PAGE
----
After all, as long as we stay in Spain, we do not need to fear that our oldest son will be taught independence in the sense of breaking away from his parents. The only target of the socialization in school is to add new social spheres to the children’s lives. Family is always expected to be the first one, and for most Spaniards it remains so throughout life.

A vote for a bike road

On May 27 this year, we will have municipal elections in Spain and for the first time here, my wife and I will have the right to vote. I might let a bike road be the decisive factor for my choice of party, but if I do, that will turn my Catalan friends against me.

Vilanova is a nice place to live but for night life Sitges has a lot more to offer. For local people, taking the car back after an evening out is perfectly fine even when they have had more than one glass of wine. I must confess to occasionally have fallen into the Spanish relaxedness about this, but I do not feel comfortable doing so. In my native Sweden, the solution in this situation is to go home by bike, in spite of the weather conditions.

Unfortunately, going back from Sitges on a bicycle in the night is not an option today. The first part of the road is the worst. As soon as you have the town limits behind you, you will be on a country road with only a narrow curbside and at the end of it you have to pass through a number of curves before you reach the safety of the bike roads starting after the roundabout to Vilanova and Sant Pere. Spanish car drivers tend to be arrogant and careless, not the least after a night out. To meet them while you cycle on this road in daylight is unpleasant, but to do so in the dark is to challenge faith.

Therefore, in the Diari de Vilanova of April 20, I was happy to see that a top candidate of the new political party Ciutadans puts the idea of a bike road through the Garraf region on the political agenda. I am convinced that this could serve as a magnet for high quality tourists, notably those who are not into sailing but still want to spend their vacation in an active way.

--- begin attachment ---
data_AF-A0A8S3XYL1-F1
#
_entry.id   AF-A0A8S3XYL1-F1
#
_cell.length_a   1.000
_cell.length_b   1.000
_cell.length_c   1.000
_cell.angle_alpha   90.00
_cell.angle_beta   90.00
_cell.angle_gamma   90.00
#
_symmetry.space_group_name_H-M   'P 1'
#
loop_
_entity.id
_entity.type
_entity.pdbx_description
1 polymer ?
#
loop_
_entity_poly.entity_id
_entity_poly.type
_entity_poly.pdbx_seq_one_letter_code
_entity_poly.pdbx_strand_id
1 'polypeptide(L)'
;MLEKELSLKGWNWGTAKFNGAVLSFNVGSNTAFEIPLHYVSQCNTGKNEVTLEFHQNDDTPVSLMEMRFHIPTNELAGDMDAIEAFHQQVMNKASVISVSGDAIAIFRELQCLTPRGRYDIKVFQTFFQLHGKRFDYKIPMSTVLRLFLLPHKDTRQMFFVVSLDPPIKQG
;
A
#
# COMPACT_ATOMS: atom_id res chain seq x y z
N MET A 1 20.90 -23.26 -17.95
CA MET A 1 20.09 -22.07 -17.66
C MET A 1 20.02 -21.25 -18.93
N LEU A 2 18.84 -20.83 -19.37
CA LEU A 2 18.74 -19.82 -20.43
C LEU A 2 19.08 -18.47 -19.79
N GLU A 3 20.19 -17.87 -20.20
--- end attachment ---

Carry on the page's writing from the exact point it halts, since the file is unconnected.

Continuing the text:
Analysing Ciutadans’ programme further, I must admit that I like their stressing of the importance of education, security and health care. Still I doubt that I will vote for them. In their own eyes, Spanish politics is stuck on a left and right wing scale. What I personally find much more disturbing, is that regional versus national perspectives seems to be the main focus of politics on all levels in this country. With that in mind, Ciutadans is just yet another player since they are marked by their negative attitude to the estatut of Catalonia. The estatut is a charter which outlines the limits for regional autonomy within the framework of Spain. It cost a lot of time and energy to negotiate it but now the people of Catalonia have given their approval in a referendum and subsequently it has been ratified by the Spanish parliament.

Ciutadans as a party was born in defense of the Spanish speakers of the region, as opposed to the normalització or strengthening of Catalan. They are free from Partido Popular’s connection to a strong Spanish nation state, but still have to prove what they mean by working for 'language equality'. Among the Catalans I meet, the party only comes across as opposed to the strong official role of Catalan and not as a force with a constructive message.

We still have some weeks to go before the elections. In the meantime, I hope that one of the other main parties will manage to win my vote. A bike road to Sitges would be a nice thing, but I would prefer to make my final decision thinking about our town as a whole rather than only about pleasure.

Sunday, 15 April 2007

Buying a house in Vilanova

There is a strong symbolic value in home ownership, the idea being that once you buy into a certain place of earth, you care more about society. The local people of Spain certainly seem to feel this way, since they are so happy to buy houses at price levels close to the maximum of what they can afford. Interestingly enough, it seems that many immigrants into this country are now prepared to do the same.

My family moved to Catalonia with the mindset to stay. After some years with typically time limited ExPat contracts in Thailand, above all I needed a feeling of settling down rather than an ever ongoing open perspective that next year we might live in a different place. Our desire to create a stable environment for our children of course contributed to that decision.

Buying a house would be a natural step in this development, but what poor timing we have. House prices in Spain have increased dramatically during the last few years and although the pace seems to have slowed down recently, there is surprisingly much optimism in the Spanish construction boom. Vilanova serves as a good example - so many apartments are currently being built or planned that the number of citizens will increase with up to 50% if they would all be filled with new permanent residents. This might in the end result in an over-supply but until now prices remain high.